Chaiyaphum Province

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Pa Hin Ngam National Park
Pa Hin Ngam National Park
Flag of Chaiyaphum
Official seal of Chaiyaphum
"ชัยภูมิ เมืองผู้กล้า พญาแล" ("Chaiyaphum, Brave city and Phaya Lae")
Map of Thailand highlighting Chaiyaphum Province
Map of Thailand highlighting Chaiyaphum Province
CapitalChaiyaphum town
 • GovernorNarong Engsouw (since October 2017)
 • Total12,778 km2 (4,934 sq mi)
Area rankRanked 7th
 • Total1,138,777
 • Rank Ranked 19th
 • Density89/km2 (230/sq mi)
 • Density rankRanked 53rd
Human Achievement Index
 • HAI (2017)0.5744 "somewhat low"
Ranked 48th
Time zoneUTC+7 (ICT)
Postal code
Calling code044
ISO 3166 codeTH-36

Chaiyaphum (Thai: ชัยภูมิ, pronounced [t͡ɕʰāj.jā.pʰūːm]) is one of Thailand's seventy-six provinces (changwat) lies in central northeastern Thailand also called Isan. Neighboring provinces are (from north clockwise) Khon Kaen, Nakhon Ratchasima, Lopburi, and Phetchabun.


The word chaiya originates from the Sanskrit word jaya meaning 'victory', and the word phum from Sanskrit bhumi meaning 'earth' or 'land'. Hence the name of the province literally means 'land of victory'. The Malay/Indonesian/Sanskrit word jayabumi is equivalent.


The Luak ridge of the Phetchabun Mountains and the Sonthi River valley, from the Sut Phaen Din viewpoint of Pa Hin Ngam National Park.

The province is bisected by the Phetchabun mountain range, with the highest elevation in the province at 1,222 m. The east of the province is part of the Khorat Plateau.

Four national parks are in the province. Tat Ton National Park is in the northwest, featuring some scenic waterfalls and dry dipterocarp forests. The biggest attraction of the Sai Thong National Park in the west is the Sai Thong waterfall, but also some fields of the Siam tulip. Similar fields can be found in the Pa Hin Ngam National Park in the southwest, scheduled to be gazetted in the future. This park's name ('beautiful rock forest') derives from the strangely-shaped rock formations found there. Phu Laenkha National Park covers 200 km2 of forested hills northwest of Chaiyaphum city.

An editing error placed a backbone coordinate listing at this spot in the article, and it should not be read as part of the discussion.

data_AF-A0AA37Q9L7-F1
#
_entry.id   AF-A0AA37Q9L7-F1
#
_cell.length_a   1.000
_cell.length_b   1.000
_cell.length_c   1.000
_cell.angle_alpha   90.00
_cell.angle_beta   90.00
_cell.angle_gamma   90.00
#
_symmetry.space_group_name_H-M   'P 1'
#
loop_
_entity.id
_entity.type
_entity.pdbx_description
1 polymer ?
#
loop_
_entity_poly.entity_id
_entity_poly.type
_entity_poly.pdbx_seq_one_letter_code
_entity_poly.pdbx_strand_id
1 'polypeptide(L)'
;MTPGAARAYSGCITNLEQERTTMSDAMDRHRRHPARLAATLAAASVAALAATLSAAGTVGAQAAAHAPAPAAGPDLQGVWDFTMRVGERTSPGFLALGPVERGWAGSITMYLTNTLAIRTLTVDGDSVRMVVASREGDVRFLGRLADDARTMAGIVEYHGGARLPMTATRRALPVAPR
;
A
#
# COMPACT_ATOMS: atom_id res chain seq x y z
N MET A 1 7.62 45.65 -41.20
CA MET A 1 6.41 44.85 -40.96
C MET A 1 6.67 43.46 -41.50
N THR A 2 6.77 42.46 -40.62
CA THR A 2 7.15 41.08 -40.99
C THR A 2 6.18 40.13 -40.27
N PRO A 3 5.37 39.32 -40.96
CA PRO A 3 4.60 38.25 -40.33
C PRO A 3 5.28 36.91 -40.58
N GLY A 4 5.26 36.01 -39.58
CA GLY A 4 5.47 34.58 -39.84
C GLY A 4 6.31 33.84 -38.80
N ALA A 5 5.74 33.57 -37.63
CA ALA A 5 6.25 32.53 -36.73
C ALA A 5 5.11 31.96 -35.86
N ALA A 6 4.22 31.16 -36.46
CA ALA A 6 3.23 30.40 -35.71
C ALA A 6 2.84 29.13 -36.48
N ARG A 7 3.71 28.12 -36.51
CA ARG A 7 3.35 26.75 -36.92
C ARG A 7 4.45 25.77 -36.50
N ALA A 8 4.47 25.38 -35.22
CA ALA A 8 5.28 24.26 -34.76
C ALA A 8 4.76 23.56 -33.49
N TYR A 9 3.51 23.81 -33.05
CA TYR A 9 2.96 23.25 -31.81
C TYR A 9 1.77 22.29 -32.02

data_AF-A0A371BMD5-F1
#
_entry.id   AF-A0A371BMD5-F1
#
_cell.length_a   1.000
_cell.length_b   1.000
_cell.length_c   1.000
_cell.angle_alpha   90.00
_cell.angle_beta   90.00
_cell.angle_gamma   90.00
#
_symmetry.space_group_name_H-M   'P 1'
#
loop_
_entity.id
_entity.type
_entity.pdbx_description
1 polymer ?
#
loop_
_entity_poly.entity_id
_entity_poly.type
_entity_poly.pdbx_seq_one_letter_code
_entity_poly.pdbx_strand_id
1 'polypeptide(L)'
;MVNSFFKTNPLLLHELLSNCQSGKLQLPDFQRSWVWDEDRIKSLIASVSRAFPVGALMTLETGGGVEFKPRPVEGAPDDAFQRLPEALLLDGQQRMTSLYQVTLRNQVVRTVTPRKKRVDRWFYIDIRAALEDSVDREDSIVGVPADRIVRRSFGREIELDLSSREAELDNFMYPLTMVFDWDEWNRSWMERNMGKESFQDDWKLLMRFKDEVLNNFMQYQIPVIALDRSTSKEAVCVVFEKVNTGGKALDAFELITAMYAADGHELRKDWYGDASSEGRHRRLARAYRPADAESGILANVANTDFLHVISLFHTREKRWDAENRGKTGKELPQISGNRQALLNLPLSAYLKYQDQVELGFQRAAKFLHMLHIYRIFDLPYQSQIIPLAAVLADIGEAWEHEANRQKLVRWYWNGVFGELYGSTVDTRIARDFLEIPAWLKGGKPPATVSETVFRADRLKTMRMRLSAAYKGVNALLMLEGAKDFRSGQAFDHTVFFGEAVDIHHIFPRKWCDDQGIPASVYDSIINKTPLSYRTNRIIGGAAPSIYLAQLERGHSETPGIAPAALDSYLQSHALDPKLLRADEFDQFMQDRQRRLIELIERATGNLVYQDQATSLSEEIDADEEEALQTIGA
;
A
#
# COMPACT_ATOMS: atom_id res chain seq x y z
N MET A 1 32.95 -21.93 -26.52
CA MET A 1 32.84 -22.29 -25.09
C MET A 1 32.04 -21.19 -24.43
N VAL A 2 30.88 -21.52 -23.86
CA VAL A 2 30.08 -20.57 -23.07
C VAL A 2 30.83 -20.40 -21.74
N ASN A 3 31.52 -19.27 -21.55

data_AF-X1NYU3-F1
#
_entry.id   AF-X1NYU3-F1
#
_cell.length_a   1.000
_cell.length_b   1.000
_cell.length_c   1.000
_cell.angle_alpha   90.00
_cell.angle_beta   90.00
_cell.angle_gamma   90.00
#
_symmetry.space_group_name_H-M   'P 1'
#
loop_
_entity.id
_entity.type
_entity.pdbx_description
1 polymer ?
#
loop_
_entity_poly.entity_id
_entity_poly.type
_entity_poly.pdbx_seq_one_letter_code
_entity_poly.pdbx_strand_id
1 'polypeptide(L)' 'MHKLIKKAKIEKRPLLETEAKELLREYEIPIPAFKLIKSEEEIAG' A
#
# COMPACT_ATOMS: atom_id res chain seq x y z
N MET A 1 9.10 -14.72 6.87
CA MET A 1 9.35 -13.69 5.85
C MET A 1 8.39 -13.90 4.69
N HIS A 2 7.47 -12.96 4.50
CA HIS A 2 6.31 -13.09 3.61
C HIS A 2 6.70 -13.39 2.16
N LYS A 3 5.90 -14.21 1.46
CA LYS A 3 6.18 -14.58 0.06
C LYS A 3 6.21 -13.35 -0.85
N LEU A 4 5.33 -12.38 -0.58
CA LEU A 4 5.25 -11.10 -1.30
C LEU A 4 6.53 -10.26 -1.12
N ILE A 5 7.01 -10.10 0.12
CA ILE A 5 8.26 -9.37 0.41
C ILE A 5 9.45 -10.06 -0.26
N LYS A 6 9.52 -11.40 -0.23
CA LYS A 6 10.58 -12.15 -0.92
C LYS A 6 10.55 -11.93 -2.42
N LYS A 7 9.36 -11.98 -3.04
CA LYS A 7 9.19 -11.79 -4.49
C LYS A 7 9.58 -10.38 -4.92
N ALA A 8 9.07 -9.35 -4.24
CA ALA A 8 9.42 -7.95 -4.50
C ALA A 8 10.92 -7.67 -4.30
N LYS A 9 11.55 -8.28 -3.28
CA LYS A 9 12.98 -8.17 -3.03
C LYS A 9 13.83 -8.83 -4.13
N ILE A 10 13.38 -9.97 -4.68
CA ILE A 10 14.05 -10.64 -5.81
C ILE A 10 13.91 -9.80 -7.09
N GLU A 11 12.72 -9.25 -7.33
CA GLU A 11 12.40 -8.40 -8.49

The history of the city of Chaiyaphum dates back to the Khmer Empire in the 12th century, when it was a small city on the route from Angkor to Prasat Singh (Kanchanaburi Province).

In 1817 the area was settled by Lao people led by Nai Lae, an official of King Anouvong of Vientiane, which was a tributary state of the Thai monarch. They settled in Baan Nam Khun Nong E Chan in Nakhon Ratchasima Province, but soon abandoned it in favor of Ban Luang (today's city of Chaiyaphum). In 1826 Anouvong rebelled against the Thai King Rama III, seeking to gain complete independence. Nai Lae, by then made a chao praya by the Thai monarch, supported the Siamese troops. Chao Phaya Lae was killed defending his city against Anouvong's army, but Anouvong was defeated by Thai forces weeks later and Anouvong taken in chains to Bangkok. King Rama III remembered Chao Phraya Lae for his loyalty and awarded him the title Phraya Phakdi Chumpon. He is still a local hero and his statue has become a symbol of the province.


Most people in Chaiyaphum province are ethnically Lao. The first language of most people is the Isan language, a dialect of the Lao language.


Rice, Chaiyaphum Province

The principal crops of Chaiyaphum include rice, tapioca, sugar cane, and taro root. Chulabhorn Dam, in Thung Lui Lai Subdistrict, Khon San District is a major source of irrigation water. Due to the severe drought in 2019, the Royal Irrigation Department (RID) is proposing to build three more dams in Chaiyaphum: Wang Saphung Dam in Nong Bua Daeng District, Lam Nam Chee Dam in Ban Khwao District, and Prong Khun Petch Dam in Nong Bua Rawe District. The dams would have a combined capacity of 160 million m3 of water, which could irrigate 127,000 rai of farmland.[4]